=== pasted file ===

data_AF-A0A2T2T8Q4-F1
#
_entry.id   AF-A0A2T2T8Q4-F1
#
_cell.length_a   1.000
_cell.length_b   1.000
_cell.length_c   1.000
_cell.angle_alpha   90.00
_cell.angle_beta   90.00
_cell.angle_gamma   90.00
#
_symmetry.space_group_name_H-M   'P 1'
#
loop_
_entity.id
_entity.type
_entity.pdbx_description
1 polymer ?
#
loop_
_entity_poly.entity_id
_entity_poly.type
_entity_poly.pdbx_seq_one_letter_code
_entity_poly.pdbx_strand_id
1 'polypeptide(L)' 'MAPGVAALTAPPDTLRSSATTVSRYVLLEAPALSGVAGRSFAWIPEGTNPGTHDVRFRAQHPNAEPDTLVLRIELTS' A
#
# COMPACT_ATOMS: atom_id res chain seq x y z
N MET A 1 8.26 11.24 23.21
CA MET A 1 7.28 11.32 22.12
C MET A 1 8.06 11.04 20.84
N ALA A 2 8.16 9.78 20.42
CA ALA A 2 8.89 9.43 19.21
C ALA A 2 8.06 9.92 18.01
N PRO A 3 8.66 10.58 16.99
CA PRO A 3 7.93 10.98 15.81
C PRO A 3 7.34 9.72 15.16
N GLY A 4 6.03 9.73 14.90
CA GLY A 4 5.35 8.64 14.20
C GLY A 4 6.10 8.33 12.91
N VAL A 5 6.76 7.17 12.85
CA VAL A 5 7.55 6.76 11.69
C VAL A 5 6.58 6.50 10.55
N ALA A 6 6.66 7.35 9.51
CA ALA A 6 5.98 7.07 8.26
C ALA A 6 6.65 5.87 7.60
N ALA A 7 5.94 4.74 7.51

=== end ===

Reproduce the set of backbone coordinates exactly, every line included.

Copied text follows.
data_AF-A0A2T2T8Q4-F1
#
_entry.id   AF-A0A2T2T8Q4-F1
#
_cell.length_a   1.000
_cell.length_b   1.000
_cell.length_c   1.000
_cell.angle_alpha   90.00
_cell.angle_beta   90.00
_cell.angle_gamma   90.00
#
_symmetry.space_group_name_H-M   'P 1'
#
loop_
_entity.id
_entity.type
_entity.pdbx_description
1 polymer ?
#
loop_
_entity_poly.entity_id
_entity_poly.type
_entity_poly.pdbx_seq_one_letter_code
_entity_poly.pdbx_strand_id
1 'polypeptide(L)' 'MAPGVAALTAPPDTLRSSATTVSRYVLLEAPALSGVAGRSFAWIPEGTNPGTHDVRFRAQHPNAEPDTLVLRIELTS' A
#
# COMPACT_ATOMS: atom_id res chain seq x y z
N MET A 1 8.26 11.24 23.21
CA MET A 1 7.28 11.32 22.12
C MET A 1 8.06 11.04 20.84
N ALA A 2 8.16 9.78 20.42
CA ALA A 2 8.89 9.43 19.21
C ALA A 2 8.06 9.92 18.01
N PRO A 3 8.66 10.58 16.99
CA PRO A 3 7.93 10.98 15.81
C PRO A 3 7.34 9.72 15.16
N GLY A 4 6.03 9.73 14.90
CA GLY A 4 5.35 8.64 14.20
C GLY A 4 6.10 8.33 12.91
N VAL A 5 6.76 7.17 12.85
CA VAL A 5 7.55 6.76 11.69
C VAL A 5 6.58 6.50 10.55
N ALA A 6 6.66 7.35 9.51
CA ALA A 6 5.98 7.07 8.26
C ALA A 6 6.65 5.87 7.60
N ALA A 7 5.94 4.74 7.51